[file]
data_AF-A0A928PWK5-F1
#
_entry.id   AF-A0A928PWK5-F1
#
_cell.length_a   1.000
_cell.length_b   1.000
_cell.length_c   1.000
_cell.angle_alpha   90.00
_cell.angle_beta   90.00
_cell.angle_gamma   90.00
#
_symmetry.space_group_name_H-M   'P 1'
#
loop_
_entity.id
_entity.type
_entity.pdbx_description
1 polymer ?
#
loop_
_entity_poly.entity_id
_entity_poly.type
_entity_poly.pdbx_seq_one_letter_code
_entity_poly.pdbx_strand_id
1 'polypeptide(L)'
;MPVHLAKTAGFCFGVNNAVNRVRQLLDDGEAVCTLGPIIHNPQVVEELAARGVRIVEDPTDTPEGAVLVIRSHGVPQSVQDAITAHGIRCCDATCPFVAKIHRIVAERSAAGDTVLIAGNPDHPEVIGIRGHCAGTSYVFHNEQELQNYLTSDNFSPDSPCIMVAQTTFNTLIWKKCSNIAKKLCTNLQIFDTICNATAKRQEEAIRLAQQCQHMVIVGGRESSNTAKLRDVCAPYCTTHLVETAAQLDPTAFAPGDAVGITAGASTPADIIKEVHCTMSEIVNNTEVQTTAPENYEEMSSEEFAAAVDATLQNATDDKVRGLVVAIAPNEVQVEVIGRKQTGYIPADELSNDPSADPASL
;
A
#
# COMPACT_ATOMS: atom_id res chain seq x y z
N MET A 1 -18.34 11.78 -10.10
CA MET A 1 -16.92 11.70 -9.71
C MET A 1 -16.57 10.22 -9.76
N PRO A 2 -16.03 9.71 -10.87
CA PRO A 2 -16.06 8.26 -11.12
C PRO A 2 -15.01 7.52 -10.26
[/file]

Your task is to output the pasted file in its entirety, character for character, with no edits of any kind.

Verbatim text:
data_AF-A0A928PWK5-F1
#
_entry.id   AF-A0A928PWK5-F1
#
_cell.length_a   1.000
_cell.length_b   1.000
_cell.length_c   1.000
_cell.angle_alpha   90.00
_cell.angle_beta   90.00
_cell.angle_gamma   90.00
#
_symmetry.space_group_name_H-M   'P 1'
#
loop_
_entity.id
_entity.type
_entity.pdbx_description
1 polymer ?
#
loop_
_entity_poly.entity_id
_entity_poly.type
_entity_poly.pdbx_seq_one_letter_code
_entity_poly.pdbx_strand_id
1 'polypeptide(L)'
;MPVHLAKTAGFCFGVNNAVNRVRQLLDDGEAVCTLGPIIHNPQVVEELAARGVRIVEDPTDTPEGAVLVIRSHGVPQSVQDAITAHGIRCCDATCPFVAKIHRIVAERSAAGDTVLIAGNPDHPEVIGIRGHCAGTSYVFHNEQELQNYLTSDNFSPDSPCIMVAQTTFNTLIWKKCSNIAKKLCTNLQIFDTICNATAKRQEEAIRLAQQCQHMVIVGGRESSNTAKLRDVCAPYCTTHLVETAAQLDPTAFAPGDAVGITAGASTPADIIKEVHCTMSEIVNNTEVQTTAPENYEEMSSEEFAAAVDATLQNATDDKVRGLVVAIAPNEVQVEVIGRKQTGYIPADELSNDPSADPASL
;
A
#
# COMPACT_ATOMS: atom_id res chain seq x y z
N MET A 1 -18.34 11.78 -10.10
CA MET A 1 -16.92 11.70 -9.71
C MET A 1 -16.57 10.22 -9.76
N PRO A 2 -16.03 9.71 -10.87
CA PRO A 2 -16.06 8.26 -11.12
C PRO A 2 -15.01 7.52 -10.26